President Donald Trump has effectively become an ‘unindicted co-conspirator’ in federal crimes after his former attorney, Michael Cohen, pleaded guilty to felony charges on Tuesday.
Now, the development is raising questions about the possibility of indicting a sitting U.S. president, and the existing mechanisms the government has in place to handle such a black swan event.
So, if Trump were to be indicted, how would it happen?
Under current regulations, the Justice Department investigates allegations of presidential misconduct through a special counsel—in this case, former FBI Director Robert Mueller.
This special counsel has an extraordinary amount of day-to-day independence to carry out investigations, but remains ultimately accountable to the leadership of the Justice Department, which is headed by the attorney general.
In theory, a president cannot directly fire a special counsel; only the attorney general can do that, and only for “good cause.” It’s complicated, however, because the president does have the power to fire an attorney general, and therefore could keep firing attorneys general until one agrees to fire the special counsel, which is essentially what former President Richard Nixon did in the Saturday Night Massacre amid the Watergate scandal.
A special counsel faces another roadblock in the pursuit of criminal charges against a president: The Justice Department has long held the legal view that a sitting U.S. president is immune from routine criminal prosecution, which “would unconstitutionally undermine the capacity of the executive branch to perform its constitutionally assigned functions.”
However, there does exist a special mechanism in the law that allows for criminal charges to be brought against a sitting U.S. president.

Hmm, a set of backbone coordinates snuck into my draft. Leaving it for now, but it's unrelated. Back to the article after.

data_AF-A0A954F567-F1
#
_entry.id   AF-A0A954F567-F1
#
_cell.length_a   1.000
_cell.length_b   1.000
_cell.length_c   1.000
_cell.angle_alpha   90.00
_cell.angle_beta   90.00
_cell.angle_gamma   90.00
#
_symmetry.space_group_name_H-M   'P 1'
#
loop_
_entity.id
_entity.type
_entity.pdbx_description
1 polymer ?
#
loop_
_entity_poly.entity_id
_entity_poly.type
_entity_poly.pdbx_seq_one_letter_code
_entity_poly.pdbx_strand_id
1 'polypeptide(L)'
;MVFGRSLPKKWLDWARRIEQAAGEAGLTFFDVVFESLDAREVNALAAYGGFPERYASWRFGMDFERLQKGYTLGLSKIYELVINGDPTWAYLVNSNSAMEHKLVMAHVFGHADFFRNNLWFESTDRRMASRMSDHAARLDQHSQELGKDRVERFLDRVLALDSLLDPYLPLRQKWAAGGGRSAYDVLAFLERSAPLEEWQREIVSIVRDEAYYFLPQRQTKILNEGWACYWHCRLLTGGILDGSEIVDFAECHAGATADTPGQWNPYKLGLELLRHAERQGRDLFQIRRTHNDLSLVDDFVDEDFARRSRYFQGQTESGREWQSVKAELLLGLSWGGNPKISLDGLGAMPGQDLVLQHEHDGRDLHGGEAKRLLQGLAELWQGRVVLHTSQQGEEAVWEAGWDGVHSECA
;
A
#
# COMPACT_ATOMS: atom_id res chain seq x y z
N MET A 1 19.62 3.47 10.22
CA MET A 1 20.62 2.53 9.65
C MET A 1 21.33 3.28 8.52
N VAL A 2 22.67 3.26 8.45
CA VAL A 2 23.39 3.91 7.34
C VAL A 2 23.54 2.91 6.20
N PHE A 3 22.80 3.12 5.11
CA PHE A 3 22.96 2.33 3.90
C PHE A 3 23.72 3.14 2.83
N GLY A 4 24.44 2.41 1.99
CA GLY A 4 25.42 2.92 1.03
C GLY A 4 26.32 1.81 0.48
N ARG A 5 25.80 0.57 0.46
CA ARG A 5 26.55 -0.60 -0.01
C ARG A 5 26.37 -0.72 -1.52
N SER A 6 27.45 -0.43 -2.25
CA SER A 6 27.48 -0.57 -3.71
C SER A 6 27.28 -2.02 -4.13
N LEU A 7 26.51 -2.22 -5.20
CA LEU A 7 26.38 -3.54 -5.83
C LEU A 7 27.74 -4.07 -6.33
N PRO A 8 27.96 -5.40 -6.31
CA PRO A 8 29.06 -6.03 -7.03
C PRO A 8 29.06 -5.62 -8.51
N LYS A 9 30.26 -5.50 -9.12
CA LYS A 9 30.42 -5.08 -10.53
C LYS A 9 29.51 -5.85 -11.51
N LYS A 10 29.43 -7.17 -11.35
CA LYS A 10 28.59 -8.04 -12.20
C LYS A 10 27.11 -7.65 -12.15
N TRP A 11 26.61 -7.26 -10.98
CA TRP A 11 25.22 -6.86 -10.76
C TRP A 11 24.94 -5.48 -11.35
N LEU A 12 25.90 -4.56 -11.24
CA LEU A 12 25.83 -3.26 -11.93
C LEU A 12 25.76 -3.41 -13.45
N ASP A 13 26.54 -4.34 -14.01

“In the special counsel regulations, we anticipated for the possibility that something unusual might happen, and there’s a mechanism for Mr. Mueller to go and seek the indictment,” Neal Katyal, a lawyer who drafted the special counsel regulations that govern Mueller’s investigation, told The Daily podcast.
Should Mueller decide to pursue criminal charges against the president, he would first have to obtain permission from the acting attorney general, Deputy Attorney General Rod Rosenstein.
“If Rod says yes, the criminal process will unfold against the president,” Katyal said. “If Rod Rosenstein says no, that triggers a report to Congress, and it’s a mandatory report at that level. And then Rosenstein and Mueller have to explain what happened to Congress. And that then provides sunlight into the process.”
This mandatory report is designed to be a fail-safe that prevents a politically biased attorney general from thwarting a fair investigation. After all, the attorney general is appointed by the president, and it’s possible that an attorney general will adhere to party politics instead of principle.
But the mandatory report at least guarantees that Congress, media and the public are provided a description of why the Justice Department decided not to pursue criminal charges. Congress could use that knowledge to decide on impeachment motions, though the odds of an impeachment would be arguably lower in situations where Congress is controlled by the same party as the president, as is the case today.
Katyal said he and his colleagues created the fail-safe mechanism after considering the possibility of a ‘black swan’ event reminiscent of the Nixon era.
“We imagined it, but it was the nightmare scenario,” he said. “We were writing at a time in the shadow of Nixon, so we understood the possibility that you could have a president who is alleged to be deeply corrupt and deeply antithetical to the rule of law. I sure hoped that it would never be something I’d see in my lifetime and that the country wouldn’t see, but we wrote for that possibility.”